Learn from the past!

David Owens

When I see how my “normal” negative reactions have never made anything better in the past, I get a desire to do things differently.

On my last day of history class, the professor explained that there was one key concept he wanted us to remember: We need to learn from the past so we do not make similar mistakes in the future. I thought about how this idea could pertain to society. Just think if people could learn to avoid economic crises or perhaps even the devastating effects of wars!

Then, I realized that this applies to my own life. How many times have I been late to class, only to leave at the exact same time the following day? I wonder if the idea of “learning from the past” can be applied to other mistakes, like how I react poorly when something doesn’t go the way I think it should.

Becoming irritated or angry does not make me happy, and it never solves the problem

If someone says negative things about me behind my back, spiteful and angry thoughts naturally emerge. That’s normal, isn’t it?

Why do I get upset?

But becoming irritated or angry simply does not make me happy, and it never solves the problem. Instead, it makes me feel more frustrated, dissatisfied and foolish. This is because it is sin, and therefore does not please God. So why do I still get upset?

As I think back, I realize that the reason I react like this is because thoughts come that lead me to think that my happiness is determined by what goes on around me, and how I am treated. Satan knows how to make use of such thoughts, and his only intent is to steal my peace and joy. John 10:10. He wants to deceive me into believing that the problem is outside of myself. God, on the other hand, wants me to become free from the sin that dwells in my own human nature. It is actually the way I react to each situation that determines my own happiness!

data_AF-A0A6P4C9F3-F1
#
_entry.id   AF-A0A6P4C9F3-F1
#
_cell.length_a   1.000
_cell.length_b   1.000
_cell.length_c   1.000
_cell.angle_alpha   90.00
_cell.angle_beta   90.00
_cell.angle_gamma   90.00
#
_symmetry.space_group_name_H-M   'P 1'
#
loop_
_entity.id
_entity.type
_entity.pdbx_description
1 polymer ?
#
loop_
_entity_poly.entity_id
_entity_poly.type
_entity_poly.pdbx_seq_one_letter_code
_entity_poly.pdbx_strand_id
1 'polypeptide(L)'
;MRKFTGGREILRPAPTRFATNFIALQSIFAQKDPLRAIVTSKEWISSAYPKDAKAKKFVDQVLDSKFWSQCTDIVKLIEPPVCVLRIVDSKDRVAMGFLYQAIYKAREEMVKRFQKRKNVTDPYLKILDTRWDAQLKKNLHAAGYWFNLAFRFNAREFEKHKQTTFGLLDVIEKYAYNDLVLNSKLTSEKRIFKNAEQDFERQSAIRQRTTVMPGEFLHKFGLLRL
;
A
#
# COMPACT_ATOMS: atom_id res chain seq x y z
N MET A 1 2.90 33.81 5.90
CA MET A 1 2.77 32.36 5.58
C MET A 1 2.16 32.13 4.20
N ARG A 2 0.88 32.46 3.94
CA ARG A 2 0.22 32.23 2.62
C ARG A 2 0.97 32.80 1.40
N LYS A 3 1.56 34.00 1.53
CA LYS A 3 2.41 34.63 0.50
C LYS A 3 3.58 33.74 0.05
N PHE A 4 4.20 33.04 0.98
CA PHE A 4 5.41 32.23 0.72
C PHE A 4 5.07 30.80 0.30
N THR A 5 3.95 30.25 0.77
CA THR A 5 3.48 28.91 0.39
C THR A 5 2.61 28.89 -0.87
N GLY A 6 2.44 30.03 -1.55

Satan wants to deceive me into believing that the problem is outside of myself

In Romans 8:28 it is written, “And we know that all things work together for good to those who love God, to those who are the called according to His purpose.” If I love God and seek to please Him, each temptation can be seen as an opportunity to be set free from Satan's power over me.

The irritable and angry thoughts that come up are the lust for sin in my human nature. If I am aware that Satan tries to use these thoughts to lure me into sin, I can resist him by choosing not to give in to them and believing in God’s word instead.  In James 4:7 it is written, “Therefore submit to God. Resist the devil and he will flee from you.” Choosing to resist Satan by denying the sin I am tempted to always works for my best—it’s by becoming free from that sin in my human nature that I become truly happy!

How do I not give in again?

When I see how my “normal” negative reactions have never made anything better in the past, I get a desire to do things differently. But how can I be sure that when another situation arises I do not give in again?

I need to acknowledge that these things are actually sin, repent from them, and hate them. I need to make a firm decision in my heart that I will not allow Satan to have any power over me. Then, when I realize that I am tempted to do these things that I hate, I cry out to God for help! In Hebrews 4:16 it is written, “Let us then approach God’s throne of grace with confidence, so that we may receive mercy and find grace to help us in our time of need.” By going to God’s throne of grace and praying for help when I am tempted, He will be sure to give me the grace I need to resist the devil, in the time of need. That is, before I fall! He wants to help me!

Not only do I become free from the power of sin, but my human nature is replaced by something new.

Not only do I become free from the power of sin, but my human nature is replaced by something new. Where there was anger, God can create patience, where there was complaining, God can create thankfulness. My human nature is actually replaced by divine nature—eternal life! (2 Peter 1: 3-9)

My history professor’s words were wise ones, and if applied to my own life, I see that I can use the past to learn something that will be of eternal benefit for the future!

This post is also available in: Norwegian Bokmål

You might also be interested in our theme page about Overcoming sin.

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